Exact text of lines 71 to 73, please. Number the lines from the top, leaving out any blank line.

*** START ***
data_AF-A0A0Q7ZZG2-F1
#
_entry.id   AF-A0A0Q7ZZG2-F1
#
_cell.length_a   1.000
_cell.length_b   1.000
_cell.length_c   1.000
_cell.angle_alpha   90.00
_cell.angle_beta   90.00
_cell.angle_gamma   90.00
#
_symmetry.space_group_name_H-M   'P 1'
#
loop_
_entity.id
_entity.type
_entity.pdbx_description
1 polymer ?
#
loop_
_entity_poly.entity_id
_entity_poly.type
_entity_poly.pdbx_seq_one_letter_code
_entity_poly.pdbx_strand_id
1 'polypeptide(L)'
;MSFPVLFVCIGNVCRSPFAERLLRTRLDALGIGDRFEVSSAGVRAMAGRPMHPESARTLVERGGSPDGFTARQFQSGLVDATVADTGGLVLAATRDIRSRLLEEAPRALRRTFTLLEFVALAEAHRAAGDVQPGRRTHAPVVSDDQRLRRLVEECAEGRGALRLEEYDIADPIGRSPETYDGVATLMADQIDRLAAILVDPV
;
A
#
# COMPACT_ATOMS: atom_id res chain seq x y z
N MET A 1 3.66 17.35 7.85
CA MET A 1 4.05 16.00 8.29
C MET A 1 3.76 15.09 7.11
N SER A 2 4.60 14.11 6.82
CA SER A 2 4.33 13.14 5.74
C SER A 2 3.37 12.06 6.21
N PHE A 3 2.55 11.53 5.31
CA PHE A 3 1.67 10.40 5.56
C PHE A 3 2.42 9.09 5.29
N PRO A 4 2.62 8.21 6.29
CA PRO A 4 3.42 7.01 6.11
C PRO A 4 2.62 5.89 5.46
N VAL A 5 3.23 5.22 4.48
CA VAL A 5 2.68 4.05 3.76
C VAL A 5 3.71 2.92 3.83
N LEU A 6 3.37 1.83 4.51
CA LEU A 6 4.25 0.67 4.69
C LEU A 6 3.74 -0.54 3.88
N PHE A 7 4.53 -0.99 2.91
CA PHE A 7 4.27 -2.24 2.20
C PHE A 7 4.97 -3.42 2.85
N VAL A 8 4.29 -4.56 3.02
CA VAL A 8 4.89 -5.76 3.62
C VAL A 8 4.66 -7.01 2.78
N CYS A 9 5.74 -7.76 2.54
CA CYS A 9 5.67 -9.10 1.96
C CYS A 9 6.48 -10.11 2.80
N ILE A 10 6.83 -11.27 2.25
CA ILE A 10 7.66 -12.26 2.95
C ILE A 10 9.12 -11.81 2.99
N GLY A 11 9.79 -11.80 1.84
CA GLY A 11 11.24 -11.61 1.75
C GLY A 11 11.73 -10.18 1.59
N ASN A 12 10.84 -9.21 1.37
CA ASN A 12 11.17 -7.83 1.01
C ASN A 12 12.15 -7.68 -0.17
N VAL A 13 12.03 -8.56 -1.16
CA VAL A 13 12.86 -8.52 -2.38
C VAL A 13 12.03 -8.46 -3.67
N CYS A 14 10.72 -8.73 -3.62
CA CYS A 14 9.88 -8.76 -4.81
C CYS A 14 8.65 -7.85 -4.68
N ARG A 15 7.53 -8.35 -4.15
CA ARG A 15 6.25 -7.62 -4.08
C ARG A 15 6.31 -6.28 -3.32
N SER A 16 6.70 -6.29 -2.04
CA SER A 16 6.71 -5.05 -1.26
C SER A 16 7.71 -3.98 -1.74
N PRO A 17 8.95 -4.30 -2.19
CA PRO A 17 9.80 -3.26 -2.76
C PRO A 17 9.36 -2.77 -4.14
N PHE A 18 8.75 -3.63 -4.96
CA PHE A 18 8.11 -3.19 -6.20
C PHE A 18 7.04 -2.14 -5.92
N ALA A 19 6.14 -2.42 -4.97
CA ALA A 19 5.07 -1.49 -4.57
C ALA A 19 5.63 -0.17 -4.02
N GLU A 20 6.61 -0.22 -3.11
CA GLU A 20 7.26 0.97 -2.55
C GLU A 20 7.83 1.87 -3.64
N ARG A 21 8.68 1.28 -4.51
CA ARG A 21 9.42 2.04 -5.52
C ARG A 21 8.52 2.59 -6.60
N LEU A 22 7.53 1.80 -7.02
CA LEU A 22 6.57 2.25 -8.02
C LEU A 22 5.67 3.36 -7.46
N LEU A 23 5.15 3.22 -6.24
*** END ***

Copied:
CA CYS A 14 9.88 -8.76 -4.81
C CYS A 14 8.65 -7.85 -4.68
N ARG A 15 7.53 -8.35 -4.15